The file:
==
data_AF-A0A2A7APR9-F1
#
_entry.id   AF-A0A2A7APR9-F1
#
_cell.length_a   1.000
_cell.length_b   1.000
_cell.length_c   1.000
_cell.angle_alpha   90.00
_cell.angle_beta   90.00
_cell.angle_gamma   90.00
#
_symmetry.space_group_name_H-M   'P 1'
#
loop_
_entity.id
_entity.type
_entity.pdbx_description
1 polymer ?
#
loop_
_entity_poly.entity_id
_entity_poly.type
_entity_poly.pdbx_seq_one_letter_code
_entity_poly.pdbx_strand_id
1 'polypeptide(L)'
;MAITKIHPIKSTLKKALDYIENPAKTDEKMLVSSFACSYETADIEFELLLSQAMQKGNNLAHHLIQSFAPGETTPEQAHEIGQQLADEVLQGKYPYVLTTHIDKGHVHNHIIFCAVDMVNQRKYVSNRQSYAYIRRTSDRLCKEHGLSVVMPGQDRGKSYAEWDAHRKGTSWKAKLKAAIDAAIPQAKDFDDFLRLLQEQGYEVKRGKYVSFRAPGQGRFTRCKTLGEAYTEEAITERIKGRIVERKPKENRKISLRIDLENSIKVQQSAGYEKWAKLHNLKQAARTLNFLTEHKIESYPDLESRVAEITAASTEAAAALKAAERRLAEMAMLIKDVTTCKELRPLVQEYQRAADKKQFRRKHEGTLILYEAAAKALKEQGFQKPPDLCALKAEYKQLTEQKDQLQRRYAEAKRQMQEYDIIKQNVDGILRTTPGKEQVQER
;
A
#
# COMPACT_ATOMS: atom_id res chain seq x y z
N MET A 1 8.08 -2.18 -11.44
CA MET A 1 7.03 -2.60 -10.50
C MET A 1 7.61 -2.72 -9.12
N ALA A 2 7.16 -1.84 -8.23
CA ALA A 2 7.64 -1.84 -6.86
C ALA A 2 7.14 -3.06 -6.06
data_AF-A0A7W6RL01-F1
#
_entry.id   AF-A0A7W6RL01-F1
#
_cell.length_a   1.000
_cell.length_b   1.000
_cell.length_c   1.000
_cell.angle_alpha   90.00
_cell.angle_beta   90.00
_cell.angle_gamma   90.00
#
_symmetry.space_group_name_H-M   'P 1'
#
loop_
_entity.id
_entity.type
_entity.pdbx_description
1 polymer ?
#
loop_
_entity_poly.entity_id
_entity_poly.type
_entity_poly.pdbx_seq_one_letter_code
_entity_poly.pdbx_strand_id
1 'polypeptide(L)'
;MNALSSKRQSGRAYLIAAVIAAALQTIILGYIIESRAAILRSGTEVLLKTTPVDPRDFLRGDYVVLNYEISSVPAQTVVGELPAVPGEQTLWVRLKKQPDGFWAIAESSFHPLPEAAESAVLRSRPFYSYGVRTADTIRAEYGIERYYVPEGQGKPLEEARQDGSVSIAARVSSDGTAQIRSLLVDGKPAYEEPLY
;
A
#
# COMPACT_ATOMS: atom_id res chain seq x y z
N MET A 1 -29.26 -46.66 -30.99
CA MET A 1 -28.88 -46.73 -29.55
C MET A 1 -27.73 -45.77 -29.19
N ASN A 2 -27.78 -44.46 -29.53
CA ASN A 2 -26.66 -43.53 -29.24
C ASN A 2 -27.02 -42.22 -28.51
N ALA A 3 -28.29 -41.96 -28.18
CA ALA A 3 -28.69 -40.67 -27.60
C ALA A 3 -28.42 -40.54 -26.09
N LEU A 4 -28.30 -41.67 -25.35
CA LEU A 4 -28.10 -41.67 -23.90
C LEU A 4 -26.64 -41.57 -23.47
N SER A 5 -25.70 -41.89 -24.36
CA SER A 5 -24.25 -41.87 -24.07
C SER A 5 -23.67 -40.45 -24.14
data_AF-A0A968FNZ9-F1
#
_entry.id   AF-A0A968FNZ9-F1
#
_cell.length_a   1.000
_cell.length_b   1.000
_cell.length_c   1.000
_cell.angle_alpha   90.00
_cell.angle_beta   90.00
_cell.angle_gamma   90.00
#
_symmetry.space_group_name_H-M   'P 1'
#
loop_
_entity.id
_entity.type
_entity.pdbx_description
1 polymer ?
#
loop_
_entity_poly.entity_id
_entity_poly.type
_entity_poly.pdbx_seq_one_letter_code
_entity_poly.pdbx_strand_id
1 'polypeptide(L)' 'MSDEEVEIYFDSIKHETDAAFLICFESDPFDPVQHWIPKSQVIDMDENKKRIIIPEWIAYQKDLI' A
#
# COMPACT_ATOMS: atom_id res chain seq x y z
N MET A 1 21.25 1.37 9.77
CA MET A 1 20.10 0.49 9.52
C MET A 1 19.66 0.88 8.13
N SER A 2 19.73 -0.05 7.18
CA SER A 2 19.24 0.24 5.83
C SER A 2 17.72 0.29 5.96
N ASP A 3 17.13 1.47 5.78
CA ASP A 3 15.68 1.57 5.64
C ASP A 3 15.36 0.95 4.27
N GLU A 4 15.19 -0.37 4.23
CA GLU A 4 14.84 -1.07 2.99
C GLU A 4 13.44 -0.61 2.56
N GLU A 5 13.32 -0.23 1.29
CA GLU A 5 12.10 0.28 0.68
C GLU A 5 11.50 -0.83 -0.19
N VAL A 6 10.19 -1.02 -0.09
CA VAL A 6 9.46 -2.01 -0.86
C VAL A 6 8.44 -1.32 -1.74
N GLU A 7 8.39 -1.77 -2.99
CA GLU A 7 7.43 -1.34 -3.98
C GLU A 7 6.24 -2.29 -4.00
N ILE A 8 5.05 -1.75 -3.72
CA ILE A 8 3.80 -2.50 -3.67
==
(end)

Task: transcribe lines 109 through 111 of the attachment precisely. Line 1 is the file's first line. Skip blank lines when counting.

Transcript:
N MET A 1 21.25 1.37 9.77
CA MET A 1 20.10 0.49 9.52
C MET A 1 19.66 0.88 8.13